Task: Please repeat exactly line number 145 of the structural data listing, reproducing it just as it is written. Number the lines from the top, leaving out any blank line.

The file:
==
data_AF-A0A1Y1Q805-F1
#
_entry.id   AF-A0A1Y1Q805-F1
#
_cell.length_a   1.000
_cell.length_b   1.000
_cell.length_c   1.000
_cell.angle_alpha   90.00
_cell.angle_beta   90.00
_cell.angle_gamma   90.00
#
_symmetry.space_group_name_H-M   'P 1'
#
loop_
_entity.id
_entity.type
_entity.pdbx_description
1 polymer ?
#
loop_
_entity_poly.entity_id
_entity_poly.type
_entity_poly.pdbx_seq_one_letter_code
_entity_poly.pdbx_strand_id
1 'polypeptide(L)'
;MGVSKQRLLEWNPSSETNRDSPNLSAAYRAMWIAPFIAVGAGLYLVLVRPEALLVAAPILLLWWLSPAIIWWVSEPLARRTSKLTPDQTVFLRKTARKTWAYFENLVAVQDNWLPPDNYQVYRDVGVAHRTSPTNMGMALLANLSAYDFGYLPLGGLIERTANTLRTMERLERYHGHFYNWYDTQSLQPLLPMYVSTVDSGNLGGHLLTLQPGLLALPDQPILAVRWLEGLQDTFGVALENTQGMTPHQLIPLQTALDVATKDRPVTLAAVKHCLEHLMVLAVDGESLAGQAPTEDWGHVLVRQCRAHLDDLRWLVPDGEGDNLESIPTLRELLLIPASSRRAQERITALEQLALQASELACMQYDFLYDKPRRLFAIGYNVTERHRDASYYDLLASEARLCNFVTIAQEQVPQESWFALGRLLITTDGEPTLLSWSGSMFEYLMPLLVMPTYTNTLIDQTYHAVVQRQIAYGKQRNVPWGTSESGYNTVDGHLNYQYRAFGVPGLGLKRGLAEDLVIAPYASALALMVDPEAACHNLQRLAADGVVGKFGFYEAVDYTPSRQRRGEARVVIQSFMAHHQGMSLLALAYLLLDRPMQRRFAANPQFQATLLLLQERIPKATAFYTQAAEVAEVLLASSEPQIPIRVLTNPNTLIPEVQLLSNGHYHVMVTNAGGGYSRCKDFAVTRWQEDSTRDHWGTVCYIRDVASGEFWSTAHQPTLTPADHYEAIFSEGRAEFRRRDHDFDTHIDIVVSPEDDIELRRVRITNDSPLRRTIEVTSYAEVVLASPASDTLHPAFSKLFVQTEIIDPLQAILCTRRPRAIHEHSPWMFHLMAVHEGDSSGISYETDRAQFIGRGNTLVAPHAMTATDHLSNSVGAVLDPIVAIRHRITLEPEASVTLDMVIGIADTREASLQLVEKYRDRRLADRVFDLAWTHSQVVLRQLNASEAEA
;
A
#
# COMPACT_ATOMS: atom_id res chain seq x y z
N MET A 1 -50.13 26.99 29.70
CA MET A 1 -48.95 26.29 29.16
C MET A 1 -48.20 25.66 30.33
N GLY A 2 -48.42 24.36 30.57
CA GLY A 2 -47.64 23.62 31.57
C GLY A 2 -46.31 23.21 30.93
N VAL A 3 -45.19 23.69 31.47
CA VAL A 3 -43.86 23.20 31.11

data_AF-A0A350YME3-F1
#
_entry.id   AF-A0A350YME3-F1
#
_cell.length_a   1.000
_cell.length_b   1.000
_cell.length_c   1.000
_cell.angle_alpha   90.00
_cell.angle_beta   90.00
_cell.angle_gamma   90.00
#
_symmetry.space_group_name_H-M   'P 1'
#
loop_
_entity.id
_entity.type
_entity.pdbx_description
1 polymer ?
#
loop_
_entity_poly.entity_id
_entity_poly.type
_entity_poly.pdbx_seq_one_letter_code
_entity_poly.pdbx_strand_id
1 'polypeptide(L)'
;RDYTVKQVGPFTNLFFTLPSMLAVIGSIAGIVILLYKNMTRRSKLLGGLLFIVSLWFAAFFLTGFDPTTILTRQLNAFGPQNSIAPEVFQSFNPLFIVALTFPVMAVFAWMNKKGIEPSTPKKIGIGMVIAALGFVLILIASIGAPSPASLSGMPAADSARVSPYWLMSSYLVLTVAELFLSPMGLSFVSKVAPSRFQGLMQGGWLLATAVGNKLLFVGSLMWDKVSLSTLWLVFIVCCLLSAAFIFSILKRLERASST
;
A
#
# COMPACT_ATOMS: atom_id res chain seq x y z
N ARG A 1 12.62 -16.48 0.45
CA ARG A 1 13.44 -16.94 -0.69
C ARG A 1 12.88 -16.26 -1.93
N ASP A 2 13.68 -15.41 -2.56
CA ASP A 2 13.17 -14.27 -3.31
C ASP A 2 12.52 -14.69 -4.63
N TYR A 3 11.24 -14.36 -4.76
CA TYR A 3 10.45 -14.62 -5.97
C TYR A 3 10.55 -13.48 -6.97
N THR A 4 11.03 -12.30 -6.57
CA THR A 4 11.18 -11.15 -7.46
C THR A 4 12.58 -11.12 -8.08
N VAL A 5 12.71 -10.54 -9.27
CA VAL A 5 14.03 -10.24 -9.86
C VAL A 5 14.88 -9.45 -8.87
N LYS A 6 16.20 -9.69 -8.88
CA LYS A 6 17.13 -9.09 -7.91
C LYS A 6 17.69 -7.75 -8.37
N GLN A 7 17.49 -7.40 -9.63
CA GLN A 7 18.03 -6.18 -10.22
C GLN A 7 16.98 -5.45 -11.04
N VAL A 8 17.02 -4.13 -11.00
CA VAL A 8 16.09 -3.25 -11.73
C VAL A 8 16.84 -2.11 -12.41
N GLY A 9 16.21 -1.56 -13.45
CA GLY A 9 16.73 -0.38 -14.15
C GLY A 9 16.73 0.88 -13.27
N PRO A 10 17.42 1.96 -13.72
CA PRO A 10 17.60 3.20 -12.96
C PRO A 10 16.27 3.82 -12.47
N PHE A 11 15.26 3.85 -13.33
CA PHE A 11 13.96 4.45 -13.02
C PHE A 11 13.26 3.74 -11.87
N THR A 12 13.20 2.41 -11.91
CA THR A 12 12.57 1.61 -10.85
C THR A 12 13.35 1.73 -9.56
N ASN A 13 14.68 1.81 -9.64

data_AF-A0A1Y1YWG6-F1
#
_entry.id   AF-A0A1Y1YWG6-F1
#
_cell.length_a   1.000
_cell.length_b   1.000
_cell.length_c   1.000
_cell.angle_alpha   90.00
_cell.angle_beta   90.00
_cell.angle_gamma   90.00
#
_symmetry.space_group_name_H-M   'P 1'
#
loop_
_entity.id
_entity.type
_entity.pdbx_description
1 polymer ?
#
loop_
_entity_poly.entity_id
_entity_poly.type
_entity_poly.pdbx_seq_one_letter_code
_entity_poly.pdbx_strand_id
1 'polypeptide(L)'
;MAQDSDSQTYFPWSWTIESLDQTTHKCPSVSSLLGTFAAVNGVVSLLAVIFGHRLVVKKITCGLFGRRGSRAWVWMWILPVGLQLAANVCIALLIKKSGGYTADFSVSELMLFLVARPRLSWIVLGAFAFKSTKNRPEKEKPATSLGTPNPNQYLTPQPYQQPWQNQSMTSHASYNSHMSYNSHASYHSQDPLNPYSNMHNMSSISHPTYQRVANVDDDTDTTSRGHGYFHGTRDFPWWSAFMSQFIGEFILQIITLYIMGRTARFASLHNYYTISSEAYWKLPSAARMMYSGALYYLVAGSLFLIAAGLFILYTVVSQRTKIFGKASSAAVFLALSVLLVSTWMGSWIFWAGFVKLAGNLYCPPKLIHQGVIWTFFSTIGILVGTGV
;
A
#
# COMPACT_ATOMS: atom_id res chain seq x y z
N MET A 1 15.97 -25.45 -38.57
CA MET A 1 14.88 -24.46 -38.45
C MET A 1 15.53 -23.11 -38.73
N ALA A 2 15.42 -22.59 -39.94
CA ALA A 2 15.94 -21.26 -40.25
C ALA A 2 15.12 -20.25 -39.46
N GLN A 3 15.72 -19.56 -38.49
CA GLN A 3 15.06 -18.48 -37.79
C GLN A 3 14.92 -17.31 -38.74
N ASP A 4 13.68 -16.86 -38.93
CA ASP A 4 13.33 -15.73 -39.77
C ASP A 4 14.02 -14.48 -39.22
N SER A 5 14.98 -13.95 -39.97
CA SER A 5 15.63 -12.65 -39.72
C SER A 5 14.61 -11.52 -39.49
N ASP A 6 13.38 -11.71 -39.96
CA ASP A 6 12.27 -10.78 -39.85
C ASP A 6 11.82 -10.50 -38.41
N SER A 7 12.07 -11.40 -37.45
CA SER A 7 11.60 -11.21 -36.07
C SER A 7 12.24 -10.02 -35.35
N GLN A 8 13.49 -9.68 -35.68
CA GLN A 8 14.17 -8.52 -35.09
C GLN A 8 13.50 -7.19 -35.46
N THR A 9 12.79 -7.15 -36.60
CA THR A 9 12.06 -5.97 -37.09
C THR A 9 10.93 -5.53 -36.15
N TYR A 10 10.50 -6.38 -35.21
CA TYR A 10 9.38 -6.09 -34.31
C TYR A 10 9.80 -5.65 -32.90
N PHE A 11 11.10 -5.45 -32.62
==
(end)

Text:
N ASP A 4 13.68 -16.86 -38.93